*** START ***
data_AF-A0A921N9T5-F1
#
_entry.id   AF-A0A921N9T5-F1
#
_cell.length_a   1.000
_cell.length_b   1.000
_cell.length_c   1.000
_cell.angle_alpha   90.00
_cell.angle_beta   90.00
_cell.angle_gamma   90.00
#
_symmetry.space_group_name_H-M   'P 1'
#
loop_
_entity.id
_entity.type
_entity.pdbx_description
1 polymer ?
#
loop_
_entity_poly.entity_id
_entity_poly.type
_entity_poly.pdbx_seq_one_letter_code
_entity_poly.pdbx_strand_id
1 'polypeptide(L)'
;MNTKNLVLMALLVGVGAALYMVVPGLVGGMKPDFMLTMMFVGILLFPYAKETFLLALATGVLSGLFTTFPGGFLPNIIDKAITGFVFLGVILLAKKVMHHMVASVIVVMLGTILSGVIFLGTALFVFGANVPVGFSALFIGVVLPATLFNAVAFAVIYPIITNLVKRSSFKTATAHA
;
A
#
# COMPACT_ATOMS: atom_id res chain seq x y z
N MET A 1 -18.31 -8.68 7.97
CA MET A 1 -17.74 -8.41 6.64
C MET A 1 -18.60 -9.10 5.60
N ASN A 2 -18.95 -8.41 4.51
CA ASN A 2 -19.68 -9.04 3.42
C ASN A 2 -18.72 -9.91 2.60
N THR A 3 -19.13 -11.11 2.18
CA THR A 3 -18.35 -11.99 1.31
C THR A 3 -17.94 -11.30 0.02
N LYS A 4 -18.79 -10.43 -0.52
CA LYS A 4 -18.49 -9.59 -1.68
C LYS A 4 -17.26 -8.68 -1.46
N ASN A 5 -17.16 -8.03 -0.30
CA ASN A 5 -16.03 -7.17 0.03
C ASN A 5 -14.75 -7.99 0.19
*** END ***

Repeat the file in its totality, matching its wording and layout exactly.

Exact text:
data_AF-A0A921N9T5-F1
#
_entry.id   AF-A0A921N9T5-F1
#
_cell.length_a   1.000
_cell.length_b   1.000
_cell.length_c   1.000
_cell.angle_alpha   90.00
_cell.angle_beta   90.00
_cell.angle_gamma   90.00
#
_symmetry.space_group_name_H-M   'P 1'
#
loop_
_entity.id
_entity.type
_entity.pdbx_description
1 polymer ?
#
loop_
_entity_poly.entity_id
_entity_poly.type
_entity_poly.pdbx_seq_one_letter_code
_entity_poly.pdbx_strand_id
1 'polypeptide(L)'
;MNTKNLVLMALLVGVGAALYMVVPGLVGGMKPDFMLTMMFVGILLFPYAKETFLLALATGVLSGLFTTFPGGFLPNIIDKAITGFVFLGVILLAKKVMHHMVASVIVVMLGTILSGVIFLGTALFVFGANVPVGFSALFIGVVLPATLFNAVAFAVIYPIITNLVKRSSFKTATAHA
;
A
#
# COMPACT_ATOMS: atom_id res chain seq x y z
N MET A 1 -18.31 -8.68 7.97
CA MET A 1 -17.74 -8.41 6.64
C MET A 1 -18.60 -9.10 5.60
N ASN A 2 -18.95 -8.41 4.51
CA ASN A 2 -19.68 -9.04 3.42
C ASN A 2 -18.72 -9.91 2.60
N THR A 3 -19.13 -11.11 2.18
CA THR A 3 -18.35 -11.99 1.31
C THR A 3 -17.94 -11.30 0.02
N LYS A 4 -18.79 -10.43 -0.52
CA LYS A 4 -18.49 -9.59 -1.68
C LYS A 4 -17.26 -8.68 -1.46
N ASN A 5 -17.16 -8.03 -0.30
CA ASN A 5 -16.03 -7.17 0.03
C ASN A 5 -14.75 -7.99 0.19